“The feedback from law enforcement, your other colleagues, that what you did really helped them. That motivates me in my work,” confesses Peter.

However, both agreed that getting the feedback is tricky for private-sector investigators. 

“This is the trickiest part of being in a private company vs. being in law enforcement. We don’t get that thrilling moment of the end result, be it an arrest or bringing justice to a victim,” says Lilija.

Although they are often part of bigger criminal cases, the private sector crypto investigators see less of the whole picture and have less interaction with the suspects. 

“We always encourage law enforcement to give us feedback about how our information turned out or helped. We don’t need this out of curiosity. It’s just that it helps us to tailor our defense mechanisms to avoid any possible risks. It also helps us to better assist the same law enforcement and help our users better,” adds Lilija.

Seeking Greater Education and Trust

The work of crypto investigators may look fancy and thrilling from the outside. But it also comes with its drawbacks. 

“I wish there would be more trust from the regulators,” says Peter. “We are now in the private sector working for the company, but it would be nice to see more trust in what we’re doing. 

We need to develop knowledge, compliance, and regulatory rules to get there with the regulators to build the industry standard. Trust is needed for that.” 

Seeing the victims losing their life savings is always heartbreaking, adds Lilija. Her biggest wish is to see everyone better crypto-educated and more critical to avoid falling victim to scammers. 

“I would love them to think before they act and to assess whether something is not too good to be true.”

Learn more about the CFTC lawsuit against Binance:

Binance Lawsuit: CFTC Chief Doubles Down on Accusations Against Exchange

Check out how much altcoin prices depend on Youtubers: 

YouTube Influencers Move Crypto Prices: Professor Brauneis Explains

FAQs

What are the types of crime in cryptocurrency?

Some common types of financial crime in cryptocurrency include fraud, which comes in many forms, such as phishing scams, Ponzi schemes, fake ICOs (initial coin offerings), insider trading, money laundering, ransomware, darknet marketplaces, and hacking in which cybercriminals steal cryptocurrencies from exchanges, wallets, and other online platforms.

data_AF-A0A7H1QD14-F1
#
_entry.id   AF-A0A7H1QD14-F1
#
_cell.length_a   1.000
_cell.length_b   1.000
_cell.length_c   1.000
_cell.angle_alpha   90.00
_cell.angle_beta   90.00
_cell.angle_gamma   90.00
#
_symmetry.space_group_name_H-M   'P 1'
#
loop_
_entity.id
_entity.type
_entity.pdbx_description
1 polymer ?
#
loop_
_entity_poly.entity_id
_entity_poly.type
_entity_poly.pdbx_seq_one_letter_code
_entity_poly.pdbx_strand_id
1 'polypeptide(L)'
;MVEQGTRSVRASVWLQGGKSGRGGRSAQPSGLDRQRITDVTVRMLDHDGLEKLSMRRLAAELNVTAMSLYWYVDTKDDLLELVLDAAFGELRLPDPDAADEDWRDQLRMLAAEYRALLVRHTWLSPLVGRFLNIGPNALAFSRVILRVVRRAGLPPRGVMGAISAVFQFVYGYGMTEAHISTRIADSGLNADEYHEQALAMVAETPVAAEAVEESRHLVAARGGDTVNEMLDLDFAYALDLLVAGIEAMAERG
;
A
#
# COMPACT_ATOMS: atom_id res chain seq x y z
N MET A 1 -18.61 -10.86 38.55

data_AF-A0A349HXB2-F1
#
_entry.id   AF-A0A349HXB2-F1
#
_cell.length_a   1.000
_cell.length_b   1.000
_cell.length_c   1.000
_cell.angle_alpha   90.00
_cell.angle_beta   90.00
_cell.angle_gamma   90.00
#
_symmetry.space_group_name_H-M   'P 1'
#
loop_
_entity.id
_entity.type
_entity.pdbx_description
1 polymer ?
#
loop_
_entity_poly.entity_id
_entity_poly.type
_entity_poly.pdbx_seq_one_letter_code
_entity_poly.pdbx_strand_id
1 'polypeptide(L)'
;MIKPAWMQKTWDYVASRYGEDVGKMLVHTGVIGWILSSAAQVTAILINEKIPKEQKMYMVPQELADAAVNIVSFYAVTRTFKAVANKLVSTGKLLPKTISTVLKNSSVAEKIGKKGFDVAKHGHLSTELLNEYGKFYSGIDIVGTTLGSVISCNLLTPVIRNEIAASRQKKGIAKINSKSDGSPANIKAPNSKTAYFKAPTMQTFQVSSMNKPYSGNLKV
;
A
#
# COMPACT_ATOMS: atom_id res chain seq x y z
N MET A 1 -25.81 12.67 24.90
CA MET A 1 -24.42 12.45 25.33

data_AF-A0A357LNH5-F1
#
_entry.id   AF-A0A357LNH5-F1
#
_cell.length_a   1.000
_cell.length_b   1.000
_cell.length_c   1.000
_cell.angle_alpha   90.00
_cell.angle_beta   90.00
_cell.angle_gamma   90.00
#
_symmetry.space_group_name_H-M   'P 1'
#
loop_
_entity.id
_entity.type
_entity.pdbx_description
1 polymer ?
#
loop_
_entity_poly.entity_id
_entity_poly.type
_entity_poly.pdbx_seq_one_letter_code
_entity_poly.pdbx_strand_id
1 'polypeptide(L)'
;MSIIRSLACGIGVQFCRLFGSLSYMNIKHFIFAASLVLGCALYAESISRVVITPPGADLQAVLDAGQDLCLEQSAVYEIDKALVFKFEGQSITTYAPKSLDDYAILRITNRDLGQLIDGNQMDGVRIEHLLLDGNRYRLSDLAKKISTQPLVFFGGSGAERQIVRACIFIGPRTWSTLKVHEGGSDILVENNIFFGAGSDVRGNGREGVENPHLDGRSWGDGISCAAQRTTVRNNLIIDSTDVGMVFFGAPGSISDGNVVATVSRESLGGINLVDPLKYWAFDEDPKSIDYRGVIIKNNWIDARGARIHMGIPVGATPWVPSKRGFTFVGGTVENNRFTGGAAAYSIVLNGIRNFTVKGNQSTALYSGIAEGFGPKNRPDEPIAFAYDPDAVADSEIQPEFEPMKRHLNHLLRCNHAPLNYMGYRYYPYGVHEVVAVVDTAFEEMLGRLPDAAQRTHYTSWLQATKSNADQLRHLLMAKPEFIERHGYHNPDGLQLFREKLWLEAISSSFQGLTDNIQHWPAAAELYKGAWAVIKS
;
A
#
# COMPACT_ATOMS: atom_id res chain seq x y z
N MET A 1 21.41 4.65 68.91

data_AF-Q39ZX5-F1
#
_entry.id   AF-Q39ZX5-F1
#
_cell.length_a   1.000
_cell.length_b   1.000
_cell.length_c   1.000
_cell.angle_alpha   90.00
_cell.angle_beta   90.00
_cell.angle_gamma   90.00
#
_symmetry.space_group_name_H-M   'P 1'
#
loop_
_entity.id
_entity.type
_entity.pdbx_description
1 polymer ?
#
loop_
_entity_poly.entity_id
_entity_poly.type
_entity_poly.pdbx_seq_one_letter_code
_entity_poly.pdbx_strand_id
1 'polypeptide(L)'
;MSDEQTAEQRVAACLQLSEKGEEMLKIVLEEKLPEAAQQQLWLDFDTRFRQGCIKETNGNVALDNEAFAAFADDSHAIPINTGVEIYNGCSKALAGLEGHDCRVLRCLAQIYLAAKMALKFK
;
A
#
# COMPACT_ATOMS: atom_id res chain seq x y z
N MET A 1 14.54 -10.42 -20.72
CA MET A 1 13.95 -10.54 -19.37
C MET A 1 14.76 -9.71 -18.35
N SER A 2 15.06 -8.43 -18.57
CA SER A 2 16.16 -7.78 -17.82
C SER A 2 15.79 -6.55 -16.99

Is financial crime only limited to cryptocurrencies?

Financial crime is not limited to cryptocurrencies, but the decentralized nature of digital assets and lack of regulatory oversight makes them particularly attractive to criminals.

What is the most common crypto crime?

According to crypto intelligence firm Chainalysis, sanction evasion and hacking-related cryptocurrency volumes have spiked to all-time highs of $20.1 billion in 2022, suggesting that sanction evasion and thefts from hacking were the most common type of crypto-related crimes.

Can crypto be used to evade sanctions?

Digital currencies operate independently of traditional financial systems and are not subject to the same regulations as traditional financial institutions. On the other hand, blockchain transactions are public and can be traced, making transactions not completely anonymous.

Besides that, crypto exchanges may be required to comply with anti-money laundering (AML) and know-your-customer (KYC) regulations, which can help prevent crypto from being used for illicit purposes, including sanction evasion.

This article is for information purposes only and should not be considered trading or investment advice. Nothing herein shall be construed as financial, legal, or tax advice. Trading forex, cryptocurrencies, and CFDs pose a considerable risk of loss.

Author
Simona Ram

Simona Ram is a senior journalist at DailyCoin, based in Lithuania, who covers the forces and people shaping the Web3 industry and the areas where decentralized crypto assets meet the centralized world. She has experience in business communication within the financial sphere and has a degree in Foreign Languages, which helps her interact effectively with sources from diverse backgrounds. In her free time, Simona enjoys exploring new cultures.